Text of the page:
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Inside the Las Vegas crisis: Surgeons answered the call

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A resident’s experience

 

I was at home and in bed with a book when my phone went off at 10:22 p.m. on that Sunday. It was a text message from one of my fellow residents who was on call at Sunrise: She wrote: “Mass casualty incident. Shooting on the Strip. You have to come now.”  


Dylan Davey, MD, PhD, General Surgery Resident, PGY-4, Sunrise Hospital & Medical Center.
Dr. Dylan Davey
I threw on on scrubs and drove across town as fast as I could. The back side of the hospital was a mob of ambulances, police cars, and civilian vehicles. I followed a pickup truck with numerous victims in the back seat.


There were multiple blood trails tracking from various parts of the ambulance bay into the ED. Medics were walking from bedside to bedside putting in lines. Two anesthesia attendings were frantically intubating patients. Two nurses were performing chest compressions.


I picked the nearest bed and started assessing patients. I placed 2 endotracheal tubes and black tagged 4 more patients within minutes of my arrival.


In the initial moments in the ER and in the OR, I focused on caring for the patient and blocked out any other thoughts or emotions. There was no time and no room for my horror or my tears.
As I went bedside to bedside in the ER, I was practically chanting in my head “airway, breathing, circulation, vital signs, other injuries.”


In the OR, I was working on controlling intra-abdominal bleeding from multiple sources, and again, my training became something of a mantra in my head. “Pack, control bleeding, assess injuries, repair.”


We saw well over 200 patients from the Route 91 shooting and operated on 95 of them within the first 24 hours.

 

Dylan Davey, MD, PhD, General Surgery Resident, PGY-4, Sunrise Hospital & Medical Center.


 

AT THE ACS CLINICAL CONGRESS

 

– Long before the horrific night of Oct. 1, the three trauma centers in the Las Vegas region were ready for a mass casualty event. It was understood among hospital leaders that the city could be the scene of a disaster that would demand a coordinated response from the city’s health care centers.

Then came the deadliest mass shooting in modern American history, and the extensive preparation turned out to have been well worth the time and effort, according to four trauma surgeons who spoke about the medical response to the massacre during a session at the annual clinical congress of the American College of Surgeons.

Deborah A. Kuhls, MD, FACS, FCCM, medical director of the Trauma Intensive Care Unit at University Medical Center of Southern Nevada.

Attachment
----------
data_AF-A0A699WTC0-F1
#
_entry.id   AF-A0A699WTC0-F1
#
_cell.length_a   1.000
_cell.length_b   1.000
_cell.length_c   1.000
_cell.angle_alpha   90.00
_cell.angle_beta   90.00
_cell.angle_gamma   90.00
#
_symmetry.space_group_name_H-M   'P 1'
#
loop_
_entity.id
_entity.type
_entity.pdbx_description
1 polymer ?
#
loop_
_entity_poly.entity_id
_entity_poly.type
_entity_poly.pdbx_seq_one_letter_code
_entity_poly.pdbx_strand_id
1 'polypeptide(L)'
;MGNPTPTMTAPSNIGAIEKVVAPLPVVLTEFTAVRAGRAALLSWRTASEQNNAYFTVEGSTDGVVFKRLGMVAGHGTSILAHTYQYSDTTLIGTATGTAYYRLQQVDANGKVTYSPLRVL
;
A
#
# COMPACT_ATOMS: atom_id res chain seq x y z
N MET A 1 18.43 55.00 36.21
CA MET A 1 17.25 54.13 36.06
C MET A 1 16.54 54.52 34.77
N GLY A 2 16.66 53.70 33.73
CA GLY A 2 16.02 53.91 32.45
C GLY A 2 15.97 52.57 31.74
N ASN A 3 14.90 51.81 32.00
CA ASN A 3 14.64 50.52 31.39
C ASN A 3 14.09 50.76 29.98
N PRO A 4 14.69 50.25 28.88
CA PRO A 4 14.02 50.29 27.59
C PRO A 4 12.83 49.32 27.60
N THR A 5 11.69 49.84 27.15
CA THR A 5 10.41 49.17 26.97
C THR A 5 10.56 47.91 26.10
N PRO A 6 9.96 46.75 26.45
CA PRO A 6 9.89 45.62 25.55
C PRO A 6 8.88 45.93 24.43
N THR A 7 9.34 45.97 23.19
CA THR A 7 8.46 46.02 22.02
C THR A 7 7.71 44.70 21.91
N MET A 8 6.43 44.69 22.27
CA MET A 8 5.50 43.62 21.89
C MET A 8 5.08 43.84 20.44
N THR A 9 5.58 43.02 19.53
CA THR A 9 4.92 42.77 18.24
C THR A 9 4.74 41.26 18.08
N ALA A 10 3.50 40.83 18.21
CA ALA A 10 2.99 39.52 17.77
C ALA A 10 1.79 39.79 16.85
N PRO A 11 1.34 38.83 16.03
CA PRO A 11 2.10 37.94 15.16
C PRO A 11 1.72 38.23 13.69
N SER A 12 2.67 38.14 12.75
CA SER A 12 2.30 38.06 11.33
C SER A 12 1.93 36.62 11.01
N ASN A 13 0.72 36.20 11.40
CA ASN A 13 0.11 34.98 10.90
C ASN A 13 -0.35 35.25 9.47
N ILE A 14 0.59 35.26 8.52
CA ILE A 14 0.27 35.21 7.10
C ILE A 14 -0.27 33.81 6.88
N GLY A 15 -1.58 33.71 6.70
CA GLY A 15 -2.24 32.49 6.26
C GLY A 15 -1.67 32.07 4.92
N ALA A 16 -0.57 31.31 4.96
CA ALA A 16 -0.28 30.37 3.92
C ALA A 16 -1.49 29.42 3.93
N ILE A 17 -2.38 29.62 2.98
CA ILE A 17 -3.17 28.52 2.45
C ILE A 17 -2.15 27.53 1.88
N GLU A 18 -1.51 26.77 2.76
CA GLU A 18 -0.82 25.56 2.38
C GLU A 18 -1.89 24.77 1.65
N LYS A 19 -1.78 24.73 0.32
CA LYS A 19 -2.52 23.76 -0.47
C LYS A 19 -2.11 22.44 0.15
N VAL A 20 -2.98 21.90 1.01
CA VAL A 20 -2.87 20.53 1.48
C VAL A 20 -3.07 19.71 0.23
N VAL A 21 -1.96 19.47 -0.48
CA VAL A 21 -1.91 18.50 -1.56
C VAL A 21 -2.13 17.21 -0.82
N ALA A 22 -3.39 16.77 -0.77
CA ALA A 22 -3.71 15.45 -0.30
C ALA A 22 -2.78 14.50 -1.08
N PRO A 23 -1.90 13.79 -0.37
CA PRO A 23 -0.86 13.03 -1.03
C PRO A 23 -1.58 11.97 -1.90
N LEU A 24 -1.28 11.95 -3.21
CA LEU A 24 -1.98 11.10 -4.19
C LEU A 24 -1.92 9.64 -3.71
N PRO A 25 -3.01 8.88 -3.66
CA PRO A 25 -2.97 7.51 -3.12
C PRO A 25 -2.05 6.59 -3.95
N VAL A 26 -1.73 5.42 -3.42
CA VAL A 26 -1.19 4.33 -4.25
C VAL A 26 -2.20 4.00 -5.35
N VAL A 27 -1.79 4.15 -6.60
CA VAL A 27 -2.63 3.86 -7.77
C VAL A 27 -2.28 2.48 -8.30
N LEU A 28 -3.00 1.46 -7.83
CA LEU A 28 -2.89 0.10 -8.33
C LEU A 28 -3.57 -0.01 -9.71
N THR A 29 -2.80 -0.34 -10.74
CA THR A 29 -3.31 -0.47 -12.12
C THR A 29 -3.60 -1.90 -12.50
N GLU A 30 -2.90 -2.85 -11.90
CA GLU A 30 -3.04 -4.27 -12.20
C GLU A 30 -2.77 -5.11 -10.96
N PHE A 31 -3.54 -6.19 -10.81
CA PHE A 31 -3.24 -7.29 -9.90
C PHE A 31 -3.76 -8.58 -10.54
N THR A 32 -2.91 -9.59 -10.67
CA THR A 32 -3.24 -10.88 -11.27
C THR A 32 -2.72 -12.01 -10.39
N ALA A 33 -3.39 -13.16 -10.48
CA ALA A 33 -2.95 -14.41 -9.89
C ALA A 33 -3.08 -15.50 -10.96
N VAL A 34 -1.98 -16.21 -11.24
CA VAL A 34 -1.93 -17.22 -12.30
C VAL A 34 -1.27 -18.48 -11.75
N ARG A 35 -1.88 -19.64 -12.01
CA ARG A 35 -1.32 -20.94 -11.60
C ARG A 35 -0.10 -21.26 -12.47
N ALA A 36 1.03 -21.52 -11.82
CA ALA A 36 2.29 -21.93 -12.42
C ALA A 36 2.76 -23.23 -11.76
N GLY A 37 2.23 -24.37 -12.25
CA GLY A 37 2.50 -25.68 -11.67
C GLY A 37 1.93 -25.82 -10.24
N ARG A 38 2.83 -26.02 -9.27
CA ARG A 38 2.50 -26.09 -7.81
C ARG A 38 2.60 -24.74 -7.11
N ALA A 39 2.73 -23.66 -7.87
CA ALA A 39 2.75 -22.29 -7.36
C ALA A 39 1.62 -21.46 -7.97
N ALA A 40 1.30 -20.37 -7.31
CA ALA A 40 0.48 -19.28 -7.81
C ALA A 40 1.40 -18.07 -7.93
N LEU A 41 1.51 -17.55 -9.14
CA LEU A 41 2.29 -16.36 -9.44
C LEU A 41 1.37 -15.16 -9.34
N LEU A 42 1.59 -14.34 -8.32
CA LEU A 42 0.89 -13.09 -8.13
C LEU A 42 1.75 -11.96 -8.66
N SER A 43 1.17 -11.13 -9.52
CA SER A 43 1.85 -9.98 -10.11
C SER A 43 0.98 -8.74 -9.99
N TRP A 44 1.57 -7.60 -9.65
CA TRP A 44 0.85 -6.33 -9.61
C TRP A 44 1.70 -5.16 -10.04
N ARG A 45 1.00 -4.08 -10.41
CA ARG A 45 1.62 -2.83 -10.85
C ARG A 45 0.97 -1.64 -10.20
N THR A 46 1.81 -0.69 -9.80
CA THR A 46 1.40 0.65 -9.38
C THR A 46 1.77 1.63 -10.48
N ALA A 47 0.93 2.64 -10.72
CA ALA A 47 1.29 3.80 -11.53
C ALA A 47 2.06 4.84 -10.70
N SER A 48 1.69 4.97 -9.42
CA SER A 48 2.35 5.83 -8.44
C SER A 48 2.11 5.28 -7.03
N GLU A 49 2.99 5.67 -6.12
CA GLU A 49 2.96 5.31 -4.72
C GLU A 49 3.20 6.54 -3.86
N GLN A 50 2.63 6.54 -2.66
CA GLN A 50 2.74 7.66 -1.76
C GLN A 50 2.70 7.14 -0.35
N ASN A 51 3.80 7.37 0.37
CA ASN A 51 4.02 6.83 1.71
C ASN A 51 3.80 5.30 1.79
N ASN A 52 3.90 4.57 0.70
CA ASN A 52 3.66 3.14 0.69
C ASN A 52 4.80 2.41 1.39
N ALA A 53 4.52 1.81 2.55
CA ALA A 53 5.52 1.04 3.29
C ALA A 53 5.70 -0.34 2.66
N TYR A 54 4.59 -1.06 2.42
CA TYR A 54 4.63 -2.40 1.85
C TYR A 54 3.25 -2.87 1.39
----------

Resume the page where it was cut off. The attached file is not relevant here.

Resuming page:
Dr. Deborah A. Kuhls
The key is “training, training, training,” said Deborah A. Kuhls, MD, FACS, FCCM, medical director of the trauma intensive care unit at University Medical Center of Southern Nevada. Or as her colleague John Fildes, MD, FACS, medical director of the trauma center, put it, “You plan your response, you practice your response, and you execute your response. Collaboration is what makes these things happen.”

The killing spree was unusual in a variety of ways, including the fact that it occurred at a site “that’s almost strategically surrounded by trauma centers,” Dr. Fildes said.

UMC is Nevada’s only level I trauma center, while Sunrise is a level II. St. Rose Dominican, in the neighboring city of Henderson is a level III. Only one other Nevada hospital, in Reno, is a verified trauma center.

While the trauma centers received hundreds of patients, “every hospital in the valley saw patients from this event,” Dr. Fildes said. “There were 22,000 people on scene, and when the shooting started, they extricated themselves and went to safety by one means or another. Some drove home to their neighborhood and sought care there. Some drove until they found an acute care facility, whether it was a trauma center or not. Others were transported by Uber or taxi. The drivers knew where the trauma centers were, and decided where to go based on how the patients looked.”

John Fildes, MD, FACS, medical director of University Medical Center of Southern Nevada.
Dr. John Fildes
Wounded patients also walked until they found emergency rooms, he said, and some patients didn’t seek care until they’d driven themselves home to adjacent states like Utah and California.